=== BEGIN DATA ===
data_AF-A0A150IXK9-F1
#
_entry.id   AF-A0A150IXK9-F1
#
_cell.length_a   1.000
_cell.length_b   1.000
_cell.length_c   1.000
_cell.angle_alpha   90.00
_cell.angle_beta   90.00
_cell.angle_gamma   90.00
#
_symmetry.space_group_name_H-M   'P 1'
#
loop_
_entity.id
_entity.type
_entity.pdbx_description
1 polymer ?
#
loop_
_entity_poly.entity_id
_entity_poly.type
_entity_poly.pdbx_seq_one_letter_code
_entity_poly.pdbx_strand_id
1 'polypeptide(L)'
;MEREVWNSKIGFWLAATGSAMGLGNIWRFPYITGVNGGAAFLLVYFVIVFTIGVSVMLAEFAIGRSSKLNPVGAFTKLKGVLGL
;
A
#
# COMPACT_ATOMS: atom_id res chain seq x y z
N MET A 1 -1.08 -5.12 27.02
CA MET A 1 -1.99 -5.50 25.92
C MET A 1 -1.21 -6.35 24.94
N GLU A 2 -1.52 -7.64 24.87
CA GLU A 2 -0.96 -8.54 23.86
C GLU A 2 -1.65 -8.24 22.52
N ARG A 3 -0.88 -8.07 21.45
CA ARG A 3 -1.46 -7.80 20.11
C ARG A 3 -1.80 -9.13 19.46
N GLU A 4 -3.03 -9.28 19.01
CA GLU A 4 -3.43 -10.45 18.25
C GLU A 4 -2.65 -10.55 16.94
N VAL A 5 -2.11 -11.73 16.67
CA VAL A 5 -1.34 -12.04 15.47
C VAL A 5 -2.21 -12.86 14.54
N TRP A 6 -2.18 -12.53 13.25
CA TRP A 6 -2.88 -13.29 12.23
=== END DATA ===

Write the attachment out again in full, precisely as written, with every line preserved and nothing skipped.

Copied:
data_AF-A0A150IXK9-F1
#
_entry.id   AF-A0A150IXK9-F1
#
_cell.length_a   1.000
_cell.length_b   1.000
_cell.length_c   1.000
_cell.angle_alpha   90.00
_cell.angle_beta   90.00
_cell.angle_gamma   90.00
#
_symmetry.space_group_name_H-M   'P 1'
#
loop_
_entity.id
_entity.type
_entity.pdbx_description
1 polymer ?
#
loop_
_entity_poly.entity_id
_entity_poly.type
_entity_poly.pdbx_seq_one_letter_code
_entity_poly.pdbx_strand_id
1 'polypeptide(L)'
;MEREVWNSKIGFWLAATGSAMGLGNIWRFPYITGVNGGAAFLLVYFVIVFTIGVSVMLAEFAIGRSSKLNPVGAFTKLKGVLGL
;
A
#
# COMPACT_ATOMS: atom_id res chain seq x y z
N MET A 1 -1.08 -5.12 27.02
CA MET A 1 -1.99 -5.50 25.92
C MET A 1 -1.21 -6.35 24.94
N GLU A 2 -1.52 -7.64 24.87
CA GLU A 2 -0.96 -8.54 23.86
C GLU A 2 -1.65 -8.24 22.52
N ARG A 3 -0.88 -8.07 21.45
CA ARG A 3 -1.46 -7.80 20.11
C ARG A 3 -1.80 -9.13 19.46
N GLU A 4 -3.03 -9.28 19.01
CA GLU A 4 -3.43 -10.45 18.25
C GLU A 4 -2.65 -10.55 16.94
N VAL A 5 -2.11 -11.73 16.67
CA VAL A 5 -1.34 -12.04 15.47
C VAL A 5 -2.21 -12.86 14.54
N TRP A 6 -2.18 -12.53 13.25
CA TRP A 6 -2.88 -13.29 12.23